Buzz of the phone, could that be her

Soft touch of her yarn blanket

Person, Place, and Time: Mother, at home, waiting.




Clinical Reasoning: A common cause for Phelan-McDermid syndrome and neurofibromatosis type 2: One ring to bind them

2017-10-23T12:48:24-07:00

An 8-year-old girl with mild dysmorphic features presented for evaluation of developmental delay and staring spells. She had been born late preterm and spent 1 month in the neonatal intensive care unit. She was generally healthy other than her developmental delay, which improved somewhat with physical, occupational, and speech therapy. At the first clinic visit, her mother reported loss of previously mastered vocabulary and struggles with fine motor skills such as buttoning. She also noted repetitive movements, obsessive behaviors, and hand flapping.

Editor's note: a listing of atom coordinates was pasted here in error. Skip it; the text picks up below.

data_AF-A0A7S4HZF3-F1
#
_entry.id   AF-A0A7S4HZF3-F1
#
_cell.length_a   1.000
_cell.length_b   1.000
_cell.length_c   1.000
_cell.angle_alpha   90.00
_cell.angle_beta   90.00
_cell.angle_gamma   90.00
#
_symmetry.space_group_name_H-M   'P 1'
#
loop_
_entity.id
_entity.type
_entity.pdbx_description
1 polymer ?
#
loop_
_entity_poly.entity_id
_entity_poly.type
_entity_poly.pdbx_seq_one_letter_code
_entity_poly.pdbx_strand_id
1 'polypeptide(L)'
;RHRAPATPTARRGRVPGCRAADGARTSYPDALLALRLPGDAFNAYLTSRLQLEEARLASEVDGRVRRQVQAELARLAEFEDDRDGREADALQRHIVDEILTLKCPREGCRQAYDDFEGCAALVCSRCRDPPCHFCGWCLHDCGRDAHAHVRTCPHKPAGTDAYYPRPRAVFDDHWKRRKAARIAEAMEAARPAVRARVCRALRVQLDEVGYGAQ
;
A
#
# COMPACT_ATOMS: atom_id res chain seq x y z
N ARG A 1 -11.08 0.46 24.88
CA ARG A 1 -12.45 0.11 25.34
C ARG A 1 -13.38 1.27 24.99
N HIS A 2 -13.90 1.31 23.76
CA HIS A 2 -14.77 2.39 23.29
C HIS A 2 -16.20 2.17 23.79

Pearls & Oy-sters: CNS lymphoma in a patient with relapsing-remitting multiple sclerosis treated with interferon

2017-10-23T12:48:24-07:00

Early clinical suspicion for CNS lymphoma is important for appropriate diagnosis and treatment in patients with preexisting multiple sclerosis (MS).




Teaching NeuroImages: Hypoglossal nerve palsy due to basilar invagination

2017-10-23T12:48:24-07:00

A woman in her 50s presented to the emergency room with complaints of gait instability. Her examination was notable for tongue deviation to the left. Imaging demonstrated basilar invagination and compression of the preolivary sulci near the cranial nerve 12 nerve root exit zone (figures 1 and 2). Basilar invagination is a rare craniocervical malformation, which can cause neurologic deficits and instability of the craniocervical junction.1,2 Imaging is also notable for platybasia, which is often associated with basilar invagination. The patient underwent a posterior occiput-C3 decompression and fusion without any complications. The patient had a stable neurologic examination on 3-month follow-up.




Teaching NeuroImages: New-onset focal epilepsy: The curious case of the camel and the jawbone

2017-10-23T12:48:24-07:00